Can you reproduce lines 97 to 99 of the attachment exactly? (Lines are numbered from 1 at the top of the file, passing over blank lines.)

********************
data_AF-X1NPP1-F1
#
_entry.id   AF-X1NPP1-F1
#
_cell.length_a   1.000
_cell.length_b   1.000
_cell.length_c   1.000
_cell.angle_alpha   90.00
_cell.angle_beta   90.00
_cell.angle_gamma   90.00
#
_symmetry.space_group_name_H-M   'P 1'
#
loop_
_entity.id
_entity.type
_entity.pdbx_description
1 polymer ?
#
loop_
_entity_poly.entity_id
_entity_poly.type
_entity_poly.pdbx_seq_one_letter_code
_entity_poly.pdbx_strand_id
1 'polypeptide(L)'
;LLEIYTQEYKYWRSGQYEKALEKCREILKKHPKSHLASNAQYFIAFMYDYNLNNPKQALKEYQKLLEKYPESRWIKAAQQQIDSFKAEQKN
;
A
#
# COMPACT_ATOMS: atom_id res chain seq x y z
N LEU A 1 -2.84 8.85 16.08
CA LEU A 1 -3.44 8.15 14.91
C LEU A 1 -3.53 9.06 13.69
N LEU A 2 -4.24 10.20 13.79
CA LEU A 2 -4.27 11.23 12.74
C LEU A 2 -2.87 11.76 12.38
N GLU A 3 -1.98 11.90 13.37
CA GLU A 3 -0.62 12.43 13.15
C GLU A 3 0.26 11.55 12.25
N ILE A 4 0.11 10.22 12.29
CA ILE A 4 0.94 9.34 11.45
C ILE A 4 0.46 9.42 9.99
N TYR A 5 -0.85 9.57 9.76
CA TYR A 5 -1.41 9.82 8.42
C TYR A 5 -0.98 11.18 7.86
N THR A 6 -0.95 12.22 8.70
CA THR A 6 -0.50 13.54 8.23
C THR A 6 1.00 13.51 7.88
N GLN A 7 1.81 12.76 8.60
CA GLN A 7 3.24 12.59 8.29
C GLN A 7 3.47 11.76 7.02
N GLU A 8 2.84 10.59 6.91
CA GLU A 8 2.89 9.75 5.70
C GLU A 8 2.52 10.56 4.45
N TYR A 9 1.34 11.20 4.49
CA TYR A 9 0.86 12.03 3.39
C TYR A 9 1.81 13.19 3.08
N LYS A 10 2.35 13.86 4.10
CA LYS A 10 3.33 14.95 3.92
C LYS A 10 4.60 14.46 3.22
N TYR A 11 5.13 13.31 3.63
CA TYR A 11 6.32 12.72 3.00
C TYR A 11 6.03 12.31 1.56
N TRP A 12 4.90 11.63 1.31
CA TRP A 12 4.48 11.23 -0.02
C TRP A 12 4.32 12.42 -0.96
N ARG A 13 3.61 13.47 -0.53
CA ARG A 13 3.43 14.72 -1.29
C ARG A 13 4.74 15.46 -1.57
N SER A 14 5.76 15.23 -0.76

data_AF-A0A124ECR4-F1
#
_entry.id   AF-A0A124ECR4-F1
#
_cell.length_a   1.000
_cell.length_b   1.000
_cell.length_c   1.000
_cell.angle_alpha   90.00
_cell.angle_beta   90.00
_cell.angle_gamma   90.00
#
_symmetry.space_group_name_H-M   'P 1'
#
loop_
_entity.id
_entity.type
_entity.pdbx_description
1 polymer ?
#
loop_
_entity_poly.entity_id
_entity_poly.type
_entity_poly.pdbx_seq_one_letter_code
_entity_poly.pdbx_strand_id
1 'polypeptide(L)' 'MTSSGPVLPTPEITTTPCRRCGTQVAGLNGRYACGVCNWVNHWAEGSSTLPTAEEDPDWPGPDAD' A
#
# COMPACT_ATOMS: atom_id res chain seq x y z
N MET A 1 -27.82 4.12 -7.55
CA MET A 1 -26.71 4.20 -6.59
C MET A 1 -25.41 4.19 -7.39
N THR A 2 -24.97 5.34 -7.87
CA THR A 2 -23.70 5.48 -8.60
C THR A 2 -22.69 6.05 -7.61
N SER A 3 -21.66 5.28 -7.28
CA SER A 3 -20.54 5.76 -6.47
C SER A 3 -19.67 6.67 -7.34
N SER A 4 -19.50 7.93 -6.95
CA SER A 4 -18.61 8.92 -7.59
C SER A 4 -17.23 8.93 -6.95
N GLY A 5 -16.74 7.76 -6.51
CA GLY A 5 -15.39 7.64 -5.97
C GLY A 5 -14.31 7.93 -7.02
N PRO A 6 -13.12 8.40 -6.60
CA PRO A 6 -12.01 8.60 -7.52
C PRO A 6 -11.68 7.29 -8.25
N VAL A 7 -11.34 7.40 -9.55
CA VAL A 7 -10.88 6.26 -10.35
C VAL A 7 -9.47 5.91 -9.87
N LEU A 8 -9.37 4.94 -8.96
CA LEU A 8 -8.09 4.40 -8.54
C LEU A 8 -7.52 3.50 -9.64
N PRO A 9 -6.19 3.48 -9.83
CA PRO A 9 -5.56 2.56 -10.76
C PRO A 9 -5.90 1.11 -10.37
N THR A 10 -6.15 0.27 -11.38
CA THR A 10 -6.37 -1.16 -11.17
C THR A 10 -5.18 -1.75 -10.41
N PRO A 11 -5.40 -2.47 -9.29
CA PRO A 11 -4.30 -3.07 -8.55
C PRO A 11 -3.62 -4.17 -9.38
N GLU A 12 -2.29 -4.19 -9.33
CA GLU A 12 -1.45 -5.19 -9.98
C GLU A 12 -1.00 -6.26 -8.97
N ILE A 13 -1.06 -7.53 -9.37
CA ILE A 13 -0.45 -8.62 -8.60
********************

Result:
# COMPACT_ATOMS: atom_id res chain seq x y z
N MET A 1 -27.82 4.12 -7.55
CA MET A 1 -26.71 4.20 -6.59